Ultra-Processed Foods and Obesity
Ultra-processed food and beverages have become a staple of the Western diet. The average American now obtains about 60% of their calories from ultra-processed products that are typically energy dense and nutrient poor with a high glycemic load (Figure 1). While the connection between overconsumption of these highly palatable products and obesity seems plausible, there is debate about whether industrial processing itself—independent of calories and macronutrient composition—contributes to adverse metabolic outcomes (e.g. excess fat accumulation, poor glycemic control).
To begin addressing this conundrum, researchers at the National Institutes of Health are conducting two controlled feeding studies of adults (aged 18-50 years) to assess how processed and unprocessed foods affect (1) daily food consumption and (2) metabolic health. Prepublication results from the first study comparing ad libitum energy intake on an ultra-processed diet versus an unprocessed diet for 14 days found that participants consumed more calories during the ultra-processed diet. Unsurprisingly, participants gained an average of about 2 pounds on the ultra-processed diet and lost about 2 pounds on the unprocessed diet. Results from the second study—in which the processed and unprocessed diets consumed are matched on calories, macronutrient composition, sugar, fiber, and sodium—are not yet available but will provide important insights on the metabolic effects of food processing.
Prior to these NIH studies, the link between diets rich in ultra-processed foods and ill health was supported only by large, observational analyses. These studies found correlations between:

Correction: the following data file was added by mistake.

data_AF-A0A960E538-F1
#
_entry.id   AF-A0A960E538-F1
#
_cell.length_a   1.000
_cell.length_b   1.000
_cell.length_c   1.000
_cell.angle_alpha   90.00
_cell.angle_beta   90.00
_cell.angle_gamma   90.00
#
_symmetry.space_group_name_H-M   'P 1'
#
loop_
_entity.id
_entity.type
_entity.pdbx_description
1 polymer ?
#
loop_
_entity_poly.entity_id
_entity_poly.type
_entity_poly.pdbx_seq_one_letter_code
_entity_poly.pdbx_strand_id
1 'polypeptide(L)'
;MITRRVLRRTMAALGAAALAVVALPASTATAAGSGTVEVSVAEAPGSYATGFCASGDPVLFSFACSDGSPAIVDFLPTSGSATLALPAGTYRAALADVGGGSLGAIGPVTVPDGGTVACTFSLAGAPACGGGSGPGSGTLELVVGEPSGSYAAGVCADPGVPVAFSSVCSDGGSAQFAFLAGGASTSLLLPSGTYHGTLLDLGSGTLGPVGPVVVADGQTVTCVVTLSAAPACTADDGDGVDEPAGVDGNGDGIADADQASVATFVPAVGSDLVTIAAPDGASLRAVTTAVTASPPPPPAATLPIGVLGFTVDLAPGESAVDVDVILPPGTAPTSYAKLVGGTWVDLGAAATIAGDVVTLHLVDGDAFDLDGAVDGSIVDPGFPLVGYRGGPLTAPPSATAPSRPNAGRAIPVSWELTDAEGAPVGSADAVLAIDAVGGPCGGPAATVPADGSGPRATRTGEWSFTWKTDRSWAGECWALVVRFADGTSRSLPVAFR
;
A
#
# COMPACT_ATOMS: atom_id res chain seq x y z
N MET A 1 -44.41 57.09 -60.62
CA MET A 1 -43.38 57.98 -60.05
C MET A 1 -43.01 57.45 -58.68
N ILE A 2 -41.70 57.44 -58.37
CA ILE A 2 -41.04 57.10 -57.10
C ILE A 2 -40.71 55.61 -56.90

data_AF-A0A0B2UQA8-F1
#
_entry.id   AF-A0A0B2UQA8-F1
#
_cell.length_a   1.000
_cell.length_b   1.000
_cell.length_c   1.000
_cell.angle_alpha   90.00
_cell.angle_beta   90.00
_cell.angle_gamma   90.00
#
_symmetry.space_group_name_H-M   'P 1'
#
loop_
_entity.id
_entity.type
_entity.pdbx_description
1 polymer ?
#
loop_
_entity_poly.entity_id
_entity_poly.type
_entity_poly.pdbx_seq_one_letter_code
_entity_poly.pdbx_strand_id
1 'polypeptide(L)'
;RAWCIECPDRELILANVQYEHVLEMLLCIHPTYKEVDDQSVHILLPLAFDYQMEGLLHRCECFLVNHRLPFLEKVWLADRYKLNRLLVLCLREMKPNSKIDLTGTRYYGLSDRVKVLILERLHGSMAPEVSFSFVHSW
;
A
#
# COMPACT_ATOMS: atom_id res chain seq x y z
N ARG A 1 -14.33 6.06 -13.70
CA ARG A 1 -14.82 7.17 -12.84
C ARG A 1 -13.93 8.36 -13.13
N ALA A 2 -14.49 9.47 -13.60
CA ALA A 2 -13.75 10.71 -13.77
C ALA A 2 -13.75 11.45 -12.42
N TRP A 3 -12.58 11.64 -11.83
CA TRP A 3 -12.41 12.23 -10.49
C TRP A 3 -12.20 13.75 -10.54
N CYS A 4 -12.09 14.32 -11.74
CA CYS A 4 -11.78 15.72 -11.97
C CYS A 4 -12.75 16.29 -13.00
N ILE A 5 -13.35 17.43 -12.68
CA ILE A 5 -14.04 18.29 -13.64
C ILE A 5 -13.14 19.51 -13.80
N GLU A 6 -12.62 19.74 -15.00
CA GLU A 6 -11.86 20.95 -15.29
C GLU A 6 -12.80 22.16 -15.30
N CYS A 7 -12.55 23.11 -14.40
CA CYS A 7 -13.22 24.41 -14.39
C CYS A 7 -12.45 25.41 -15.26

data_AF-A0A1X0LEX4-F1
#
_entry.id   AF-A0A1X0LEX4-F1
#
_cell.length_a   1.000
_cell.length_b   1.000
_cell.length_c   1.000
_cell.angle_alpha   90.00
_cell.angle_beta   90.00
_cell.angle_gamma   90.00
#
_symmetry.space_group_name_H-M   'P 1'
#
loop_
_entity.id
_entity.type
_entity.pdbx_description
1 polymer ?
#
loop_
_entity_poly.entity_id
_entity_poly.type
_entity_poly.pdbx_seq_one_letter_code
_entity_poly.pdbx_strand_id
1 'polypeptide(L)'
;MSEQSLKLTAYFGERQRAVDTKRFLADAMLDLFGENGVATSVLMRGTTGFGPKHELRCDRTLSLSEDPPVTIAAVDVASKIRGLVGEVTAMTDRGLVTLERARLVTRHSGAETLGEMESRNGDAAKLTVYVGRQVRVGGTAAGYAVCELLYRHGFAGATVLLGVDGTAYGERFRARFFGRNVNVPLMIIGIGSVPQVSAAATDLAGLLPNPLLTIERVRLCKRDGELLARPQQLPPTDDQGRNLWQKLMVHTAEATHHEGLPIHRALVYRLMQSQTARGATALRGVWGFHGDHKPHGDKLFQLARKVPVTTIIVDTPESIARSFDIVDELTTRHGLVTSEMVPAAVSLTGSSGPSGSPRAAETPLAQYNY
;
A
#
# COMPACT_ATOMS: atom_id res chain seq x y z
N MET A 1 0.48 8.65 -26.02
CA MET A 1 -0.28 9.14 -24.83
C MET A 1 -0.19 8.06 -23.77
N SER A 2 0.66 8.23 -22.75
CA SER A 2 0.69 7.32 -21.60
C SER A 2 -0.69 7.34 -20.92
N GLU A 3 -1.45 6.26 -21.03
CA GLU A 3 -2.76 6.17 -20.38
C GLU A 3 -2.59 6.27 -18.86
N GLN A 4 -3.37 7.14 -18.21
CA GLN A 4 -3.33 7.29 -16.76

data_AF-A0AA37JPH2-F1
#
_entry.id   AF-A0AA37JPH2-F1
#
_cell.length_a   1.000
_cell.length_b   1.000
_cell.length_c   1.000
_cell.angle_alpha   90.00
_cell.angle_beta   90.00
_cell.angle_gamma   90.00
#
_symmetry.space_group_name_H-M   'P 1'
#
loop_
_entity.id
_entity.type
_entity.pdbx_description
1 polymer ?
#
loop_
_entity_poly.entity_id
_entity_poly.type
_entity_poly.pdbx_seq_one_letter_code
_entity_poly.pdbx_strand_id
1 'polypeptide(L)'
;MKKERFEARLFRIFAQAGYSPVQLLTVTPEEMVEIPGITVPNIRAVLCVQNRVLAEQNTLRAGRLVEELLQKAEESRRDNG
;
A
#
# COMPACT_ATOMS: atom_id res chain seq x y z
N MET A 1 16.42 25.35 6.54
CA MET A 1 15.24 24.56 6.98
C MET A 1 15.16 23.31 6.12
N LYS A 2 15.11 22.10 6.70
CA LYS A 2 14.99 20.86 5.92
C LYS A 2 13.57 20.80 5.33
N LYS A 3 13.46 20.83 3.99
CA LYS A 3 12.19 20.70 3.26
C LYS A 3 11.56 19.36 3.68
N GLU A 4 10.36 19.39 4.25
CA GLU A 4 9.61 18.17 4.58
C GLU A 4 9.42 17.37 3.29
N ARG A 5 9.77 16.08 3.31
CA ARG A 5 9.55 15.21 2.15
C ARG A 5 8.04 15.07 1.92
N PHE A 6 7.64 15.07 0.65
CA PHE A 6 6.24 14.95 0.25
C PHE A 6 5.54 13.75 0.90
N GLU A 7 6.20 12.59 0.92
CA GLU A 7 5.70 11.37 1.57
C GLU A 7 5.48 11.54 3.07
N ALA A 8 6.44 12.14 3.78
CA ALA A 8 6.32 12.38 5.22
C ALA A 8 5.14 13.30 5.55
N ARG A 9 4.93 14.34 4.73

Increased ultra-processed food consumption and excess weight. A cross-sectional analysisof anthropometric and dietary data from the National Health and Nutrition Examination Survey found that a diet with ≥74% of total energy from ultra-processed foods was associated with a 1.6 unit higher BMI, 4 cm greater waist circumference, and 62% higher odds of abdominal obesity (relative to a diet with ≤ 36.5 % of total energy from ultra-processed foods).
Increased ultra-processed food consumption and all-cause mortality risk. A prospective cohort study of middle-aged adults in France (NutriNet-Santé cohort) found a 14% increase in risk of all-cause mortality and a 12% increase in overall cancer risk for every 10% increase in the proportion of the participant’s diet composed of ultra-processed foods.
These data suggest that the high proportion of ultra-processed foods in the standard American diet contributes to our current health woes. Curbing consumption of ultra-processed foods, which have an estimated average sugar content 5 to 8 times higher than that of other minimally-processed and prepared foods, may indeed be an effective way to reduce added sugar intake.
However, reductions in ultra-processed foods will be a challenge. They are tasty, convenient, inexpensive, and have a long shelf-life. As the diversity of U.S. crops has declined over the past 30 years, the number of new packaged food and beverage products entering U.S. markets each year nearly doubledbetween 1998 and 2016 (11,853 vs. 21,435 products launched). The nation’s supply of vegetables would need to increase by an estimated 70% if all adults were to reduce ultra-processed food consumption and adopt diets consistent with USDA dietary guidelines. Limiting the availability and affordability of ultra-processed foods without ensuring universal access to unprocessed or minimally-processed foods at comparable cost would further disadvantage low-income populations for whom ultra-processed products tend to comprise a greater proportion of the overall diet. The studies of the impact of ultra-processed foods emphasize the need for a broad revision of our current agricultural and marketing policies to enable a reduction in disparities as well as the promotion of a healthful diet.